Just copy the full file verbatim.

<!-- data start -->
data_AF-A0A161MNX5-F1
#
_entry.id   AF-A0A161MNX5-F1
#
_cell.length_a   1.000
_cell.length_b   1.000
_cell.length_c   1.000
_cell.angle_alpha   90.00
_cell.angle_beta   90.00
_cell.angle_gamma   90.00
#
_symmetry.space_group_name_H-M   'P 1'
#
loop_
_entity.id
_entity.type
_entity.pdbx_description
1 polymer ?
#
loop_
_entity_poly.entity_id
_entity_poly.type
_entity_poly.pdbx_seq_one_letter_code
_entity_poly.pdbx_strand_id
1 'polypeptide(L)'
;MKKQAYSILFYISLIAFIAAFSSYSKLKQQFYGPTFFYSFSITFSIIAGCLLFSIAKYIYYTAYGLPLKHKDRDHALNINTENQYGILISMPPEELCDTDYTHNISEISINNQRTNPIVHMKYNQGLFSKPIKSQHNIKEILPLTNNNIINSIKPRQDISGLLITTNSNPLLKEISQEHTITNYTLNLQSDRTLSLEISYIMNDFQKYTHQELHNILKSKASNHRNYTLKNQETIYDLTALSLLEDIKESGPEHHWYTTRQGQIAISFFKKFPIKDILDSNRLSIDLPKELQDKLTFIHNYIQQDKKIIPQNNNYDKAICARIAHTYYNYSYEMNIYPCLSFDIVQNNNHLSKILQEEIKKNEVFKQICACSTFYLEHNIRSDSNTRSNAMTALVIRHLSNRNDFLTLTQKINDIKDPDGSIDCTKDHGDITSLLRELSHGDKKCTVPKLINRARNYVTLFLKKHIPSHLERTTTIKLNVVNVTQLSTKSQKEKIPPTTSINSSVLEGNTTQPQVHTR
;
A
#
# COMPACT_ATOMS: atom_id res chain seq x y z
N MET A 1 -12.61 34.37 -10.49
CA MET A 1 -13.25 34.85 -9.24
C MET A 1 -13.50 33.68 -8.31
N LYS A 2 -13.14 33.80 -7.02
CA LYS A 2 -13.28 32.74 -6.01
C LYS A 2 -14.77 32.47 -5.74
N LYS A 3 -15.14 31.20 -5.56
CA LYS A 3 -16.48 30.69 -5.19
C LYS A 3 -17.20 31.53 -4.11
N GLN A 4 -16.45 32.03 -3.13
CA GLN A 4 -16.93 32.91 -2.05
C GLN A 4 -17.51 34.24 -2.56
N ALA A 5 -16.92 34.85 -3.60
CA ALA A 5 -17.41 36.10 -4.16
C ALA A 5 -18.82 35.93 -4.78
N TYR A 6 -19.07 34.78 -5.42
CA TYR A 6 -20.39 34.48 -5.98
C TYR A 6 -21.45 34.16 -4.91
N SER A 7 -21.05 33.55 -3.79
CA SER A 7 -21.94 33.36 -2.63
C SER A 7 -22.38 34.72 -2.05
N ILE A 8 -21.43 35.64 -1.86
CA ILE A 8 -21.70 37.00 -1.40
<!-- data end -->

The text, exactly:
data_AF-A0A161MNX5-F1
#
_entry.id   AF-A0A161MNX5-F1
#
_cell.length_a   1.000
_cell.length_b   1.000
_cell.length_c   1.000
_cell.angle_alpha   90.00
_cell.angle_beta   90.00
_cell.angle_gamma   90.00
#
_symmetry.space_group_name_H-M   'P 1'
#
loop_
_entity.id
_entity.type
_entity.pdbx_description
1 polymer ?
#
loop_
_entity_poly.entity_id
_entity_poly.type
_entity_poly.pdbx_seq_one_letter_code
_entity_poly.pdbx_strand_id
1 'polypeptide(L)'
;MKKQAYSILFYISLIAFIAAFSSYSKLKQQFYGPTFFYSFSITFSIIAGCLLFSIAKYIYYTAYGLPLKHKDRDHALNINTENQYGILISMPPEELCDTDYTHNISEISINNQRTNPIVHMKYNQGLFSKPIKSQHNIKEILPLTNNNIINSIKPRQDISGLLITTNSNPLLKEISQEHTITNYTLNLQSDRTLSLEISYIMNDFQKYTHQELHNILKSKASNHRNYTLKNQETIYDLTALSLLEDIKESGPEHHWYTTRQGQIAISFFKKFPIKDILDSNRLSIDLPKELQDKLTFIHNYIQQDKKIIPQNNNYDKAICARIAHTYYNYSYEMNIYPCLSFDIVQNNNHLSKILQEEIKKNEVFKQICACSTFYLEHNIRSDSNTRSNAMTALVIRHLSNRNDFLTLTQKINDIKDPDGSIDCTKDHGDITSLLRELSHGDKKCTVPKLINRARNYVTLFLKKHIPSHLERTTTIKLNVVNVTQLSTKSQKEKIPPTTSINSSVLEGNTTQPQVHTR
;
A
#
# COMPACT_ATOMS: atom_id res chain seq x y z
N MET A 1 -12.61 34.37 -10.49
CA MET A 1 -13.25 34.85 -9.24
C MET A 1 -13.50 33.68 -8.31
N LYS A 2 -13.14 33.80 -7.02
CA LYS A 2 -13.28 32.74 -6.01
C LYS A 2 -14.77 32.47 -5.74
N LYS A 3 -15.14 31.20 -5.56
CA LYS A 3 -16.48 30.69 -5.19
C LYS A 3 -17.20 31.53 -4.11
N GLN A 4 -16.45 32.03 -3.13
CA GLN A 4 -16.93 32.91 -2.05
C GLN A 4 -17.51 34.24 -2.56
N ALA A 5 -16.92 34.85 -3.60
CA ALA A 5 -17.41 36.10 -4.16
C ALA A 5 -18.82 35.93 -4.78
N TYR A 6 -19.07 34.78 -5.42
CA TYR A 6 -20.39 34.48 -5.98
C TYR A 6 -21.45 34.16 -4.91
N SER A 7 -21.05 33.55 -3.79
CA SER A 7 -21.94 33.36 -2.63
C SER A 7 -22.38 34.72 -2.05
N ILE A 8 -21.43 35.64 -1.86
CA ILE A 8 -21.70 37.00 -1.40